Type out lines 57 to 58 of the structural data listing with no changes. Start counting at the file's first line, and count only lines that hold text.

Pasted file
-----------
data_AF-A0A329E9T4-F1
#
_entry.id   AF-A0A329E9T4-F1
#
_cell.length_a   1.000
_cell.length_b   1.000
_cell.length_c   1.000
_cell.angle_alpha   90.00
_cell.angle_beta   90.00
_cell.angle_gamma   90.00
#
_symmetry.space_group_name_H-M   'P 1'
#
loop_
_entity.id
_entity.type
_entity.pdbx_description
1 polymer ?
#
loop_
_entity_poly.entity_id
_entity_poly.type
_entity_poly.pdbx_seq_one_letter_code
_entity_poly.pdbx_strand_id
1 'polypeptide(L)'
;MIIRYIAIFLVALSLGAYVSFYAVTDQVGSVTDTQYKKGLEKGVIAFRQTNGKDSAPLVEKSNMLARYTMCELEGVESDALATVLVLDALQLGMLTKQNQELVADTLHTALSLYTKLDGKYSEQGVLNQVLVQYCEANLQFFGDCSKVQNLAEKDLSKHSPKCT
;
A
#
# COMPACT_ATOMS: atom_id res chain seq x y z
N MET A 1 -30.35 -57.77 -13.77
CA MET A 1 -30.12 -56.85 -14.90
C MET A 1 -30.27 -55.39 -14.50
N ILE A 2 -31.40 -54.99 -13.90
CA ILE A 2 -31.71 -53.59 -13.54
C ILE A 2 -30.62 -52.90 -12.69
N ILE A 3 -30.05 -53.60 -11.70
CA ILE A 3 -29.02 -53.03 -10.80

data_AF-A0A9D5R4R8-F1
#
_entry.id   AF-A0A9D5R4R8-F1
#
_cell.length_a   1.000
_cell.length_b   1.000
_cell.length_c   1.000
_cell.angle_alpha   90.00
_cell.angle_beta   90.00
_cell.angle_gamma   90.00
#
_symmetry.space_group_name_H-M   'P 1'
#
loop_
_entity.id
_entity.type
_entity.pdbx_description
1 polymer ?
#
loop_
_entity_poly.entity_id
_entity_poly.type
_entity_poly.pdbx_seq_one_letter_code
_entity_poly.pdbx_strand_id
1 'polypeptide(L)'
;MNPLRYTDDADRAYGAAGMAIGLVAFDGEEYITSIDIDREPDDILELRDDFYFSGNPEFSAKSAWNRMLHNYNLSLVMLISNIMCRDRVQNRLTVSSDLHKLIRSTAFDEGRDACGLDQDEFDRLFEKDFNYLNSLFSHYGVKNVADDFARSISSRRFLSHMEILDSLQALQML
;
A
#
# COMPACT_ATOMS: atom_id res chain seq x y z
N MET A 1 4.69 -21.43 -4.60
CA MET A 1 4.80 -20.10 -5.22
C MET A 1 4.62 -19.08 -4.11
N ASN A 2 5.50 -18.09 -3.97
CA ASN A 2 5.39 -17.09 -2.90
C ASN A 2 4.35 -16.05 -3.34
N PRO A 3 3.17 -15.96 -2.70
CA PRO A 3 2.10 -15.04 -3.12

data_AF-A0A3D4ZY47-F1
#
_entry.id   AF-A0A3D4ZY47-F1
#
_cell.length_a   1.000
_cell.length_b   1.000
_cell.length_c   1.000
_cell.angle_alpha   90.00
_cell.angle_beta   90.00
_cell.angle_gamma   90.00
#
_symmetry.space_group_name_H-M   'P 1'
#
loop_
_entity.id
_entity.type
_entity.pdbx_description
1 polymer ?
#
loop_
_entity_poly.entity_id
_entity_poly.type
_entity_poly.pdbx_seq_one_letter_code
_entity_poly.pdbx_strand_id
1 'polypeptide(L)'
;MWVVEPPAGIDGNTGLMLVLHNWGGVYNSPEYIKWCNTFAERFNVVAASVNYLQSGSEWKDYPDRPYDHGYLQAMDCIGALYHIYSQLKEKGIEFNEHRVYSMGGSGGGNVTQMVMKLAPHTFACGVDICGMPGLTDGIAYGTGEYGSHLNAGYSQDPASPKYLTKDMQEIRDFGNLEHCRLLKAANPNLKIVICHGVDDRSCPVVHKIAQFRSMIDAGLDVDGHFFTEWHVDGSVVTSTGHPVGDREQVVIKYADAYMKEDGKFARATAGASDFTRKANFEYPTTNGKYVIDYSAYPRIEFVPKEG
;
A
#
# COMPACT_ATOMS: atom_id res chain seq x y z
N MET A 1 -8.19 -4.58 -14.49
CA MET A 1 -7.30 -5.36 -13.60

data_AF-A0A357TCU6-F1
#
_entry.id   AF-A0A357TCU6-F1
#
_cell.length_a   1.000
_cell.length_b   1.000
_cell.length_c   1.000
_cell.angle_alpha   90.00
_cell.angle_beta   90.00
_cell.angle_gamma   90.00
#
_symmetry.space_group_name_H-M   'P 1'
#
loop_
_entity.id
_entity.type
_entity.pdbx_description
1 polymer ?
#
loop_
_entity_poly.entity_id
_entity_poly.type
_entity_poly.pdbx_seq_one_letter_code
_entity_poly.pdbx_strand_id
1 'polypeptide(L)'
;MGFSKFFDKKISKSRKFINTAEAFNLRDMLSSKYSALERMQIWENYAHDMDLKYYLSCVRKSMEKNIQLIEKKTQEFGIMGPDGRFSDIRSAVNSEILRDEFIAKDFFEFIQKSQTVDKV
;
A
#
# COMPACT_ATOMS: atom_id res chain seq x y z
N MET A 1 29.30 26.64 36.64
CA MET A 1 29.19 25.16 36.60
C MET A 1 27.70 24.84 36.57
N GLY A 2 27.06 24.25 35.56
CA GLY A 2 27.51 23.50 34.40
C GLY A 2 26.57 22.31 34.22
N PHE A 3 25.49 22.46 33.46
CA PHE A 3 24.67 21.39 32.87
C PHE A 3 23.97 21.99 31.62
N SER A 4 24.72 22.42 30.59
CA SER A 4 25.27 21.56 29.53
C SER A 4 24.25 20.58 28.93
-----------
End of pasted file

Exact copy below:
#
loop_